Drug therapies with angiogenic growth factors may expedite and/or augment collateral artery development. To accomplish these needs, drug transfer devices for delivering precise amounts of these drugs can enhance this healing process. Surgeons who deal with minimally invasive surgical techniques and interventional cardiologists who deal with percutaneous approaches, need devices for drug delivery procedures. The drugs used in modern medical technology are often quite expensive, potentially mixing and/or handling sensitive, and it is a new challenge to make these drugs or other compounds readily available for precise, predetermined delivery during these advanced or other procedures.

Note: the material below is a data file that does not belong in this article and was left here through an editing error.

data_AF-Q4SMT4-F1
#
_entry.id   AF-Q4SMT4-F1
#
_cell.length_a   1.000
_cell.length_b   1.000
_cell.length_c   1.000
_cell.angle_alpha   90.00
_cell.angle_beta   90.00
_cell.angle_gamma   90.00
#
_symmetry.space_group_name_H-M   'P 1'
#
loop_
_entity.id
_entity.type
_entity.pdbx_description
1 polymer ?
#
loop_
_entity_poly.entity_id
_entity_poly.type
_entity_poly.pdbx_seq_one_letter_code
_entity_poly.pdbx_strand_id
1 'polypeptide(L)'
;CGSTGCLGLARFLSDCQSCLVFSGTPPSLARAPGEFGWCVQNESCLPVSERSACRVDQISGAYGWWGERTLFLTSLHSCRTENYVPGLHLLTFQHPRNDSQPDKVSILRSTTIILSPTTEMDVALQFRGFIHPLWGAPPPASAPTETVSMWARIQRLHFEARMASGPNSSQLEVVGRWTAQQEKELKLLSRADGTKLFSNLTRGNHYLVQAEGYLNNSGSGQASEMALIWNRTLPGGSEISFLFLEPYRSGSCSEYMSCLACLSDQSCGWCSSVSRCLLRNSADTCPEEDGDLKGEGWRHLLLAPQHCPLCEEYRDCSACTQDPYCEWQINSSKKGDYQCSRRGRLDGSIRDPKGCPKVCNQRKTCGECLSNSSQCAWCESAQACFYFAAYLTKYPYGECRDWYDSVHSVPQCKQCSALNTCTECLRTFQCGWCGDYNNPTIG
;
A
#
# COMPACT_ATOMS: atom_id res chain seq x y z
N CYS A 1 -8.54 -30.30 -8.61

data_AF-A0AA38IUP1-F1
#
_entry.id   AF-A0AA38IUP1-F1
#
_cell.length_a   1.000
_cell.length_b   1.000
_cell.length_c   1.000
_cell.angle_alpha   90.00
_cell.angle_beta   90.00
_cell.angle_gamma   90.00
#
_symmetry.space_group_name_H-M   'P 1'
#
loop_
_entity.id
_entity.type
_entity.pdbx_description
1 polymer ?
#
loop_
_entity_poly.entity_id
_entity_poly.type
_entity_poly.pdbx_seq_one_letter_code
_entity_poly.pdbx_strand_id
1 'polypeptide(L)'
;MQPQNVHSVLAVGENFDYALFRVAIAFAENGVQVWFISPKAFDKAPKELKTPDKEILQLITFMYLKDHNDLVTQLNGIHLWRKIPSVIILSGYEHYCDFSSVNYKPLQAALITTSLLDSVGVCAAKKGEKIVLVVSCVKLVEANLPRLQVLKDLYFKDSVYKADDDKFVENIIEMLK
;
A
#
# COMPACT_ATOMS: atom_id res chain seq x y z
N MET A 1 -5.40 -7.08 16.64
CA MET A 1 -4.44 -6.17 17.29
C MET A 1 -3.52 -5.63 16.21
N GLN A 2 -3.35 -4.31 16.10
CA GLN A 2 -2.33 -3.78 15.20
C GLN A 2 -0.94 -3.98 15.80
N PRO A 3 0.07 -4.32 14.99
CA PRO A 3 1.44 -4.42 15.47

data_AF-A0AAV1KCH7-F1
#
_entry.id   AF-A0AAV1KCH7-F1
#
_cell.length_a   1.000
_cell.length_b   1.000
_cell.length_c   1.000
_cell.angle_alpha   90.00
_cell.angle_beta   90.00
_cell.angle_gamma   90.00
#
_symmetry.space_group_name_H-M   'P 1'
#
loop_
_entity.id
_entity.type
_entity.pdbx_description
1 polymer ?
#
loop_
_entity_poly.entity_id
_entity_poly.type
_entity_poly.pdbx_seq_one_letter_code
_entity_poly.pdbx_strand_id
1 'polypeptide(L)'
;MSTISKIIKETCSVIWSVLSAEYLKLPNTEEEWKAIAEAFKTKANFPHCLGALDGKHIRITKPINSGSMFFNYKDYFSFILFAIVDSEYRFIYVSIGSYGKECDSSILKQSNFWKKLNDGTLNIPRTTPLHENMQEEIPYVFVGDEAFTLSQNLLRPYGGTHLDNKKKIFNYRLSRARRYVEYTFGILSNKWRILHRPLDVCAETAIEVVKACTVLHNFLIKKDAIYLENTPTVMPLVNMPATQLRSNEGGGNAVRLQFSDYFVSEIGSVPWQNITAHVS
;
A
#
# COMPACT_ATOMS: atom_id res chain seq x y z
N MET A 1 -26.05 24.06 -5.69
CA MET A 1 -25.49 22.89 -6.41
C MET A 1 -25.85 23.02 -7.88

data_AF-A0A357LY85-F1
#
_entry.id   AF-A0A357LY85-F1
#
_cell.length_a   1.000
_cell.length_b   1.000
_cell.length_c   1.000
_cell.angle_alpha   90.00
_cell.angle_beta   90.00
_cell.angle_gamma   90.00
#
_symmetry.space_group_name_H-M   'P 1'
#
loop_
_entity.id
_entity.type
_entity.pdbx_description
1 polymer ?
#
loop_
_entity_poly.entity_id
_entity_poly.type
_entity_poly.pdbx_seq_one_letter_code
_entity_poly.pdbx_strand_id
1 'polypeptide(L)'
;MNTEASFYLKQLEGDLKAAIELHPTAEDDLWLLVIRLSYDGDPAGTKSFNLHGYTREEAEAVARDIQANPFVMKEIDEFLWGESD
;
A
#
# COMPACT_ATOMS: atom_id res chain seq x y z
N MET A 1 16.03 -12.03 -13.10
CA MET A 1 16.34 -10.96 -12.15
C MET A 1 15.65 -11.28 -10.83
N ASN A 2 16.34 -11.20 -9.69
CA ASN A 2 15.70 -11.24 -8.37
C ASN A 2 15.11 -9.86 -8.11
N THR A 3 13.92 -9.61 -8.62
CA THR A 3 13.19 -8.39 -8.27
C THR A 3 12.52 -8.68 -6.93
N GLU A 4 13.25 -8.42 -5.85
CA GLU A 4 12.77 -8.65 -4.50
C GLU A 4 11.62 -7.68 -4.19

The invention includes, in one aspect, a method of treating a patient at risk of loss of cardiac function by cardiac ischemia. The method is practiced by FIR imaging the patient's heart, or a portion thereof, to identify (i) an underperfused region of cardiac muscle, (ii) a source of oxygenated blood that is proximate a boundary of the underperfused region, and (iii) a target area that includes the underperfused region boundary and a tissue expanse lying between the oxygenated blood supply and the boundary. A stimulus effective to stimulate angiogenesis in myocardial tissue and form a capillary network from the source of oxygenated blood in the direction of the underperfused region is introduced at each of a plurality of sites throughout the target area. The demand for oxygen the underperfused region is then sustained for a period sufficient to covert the capillary network into an arteriole network.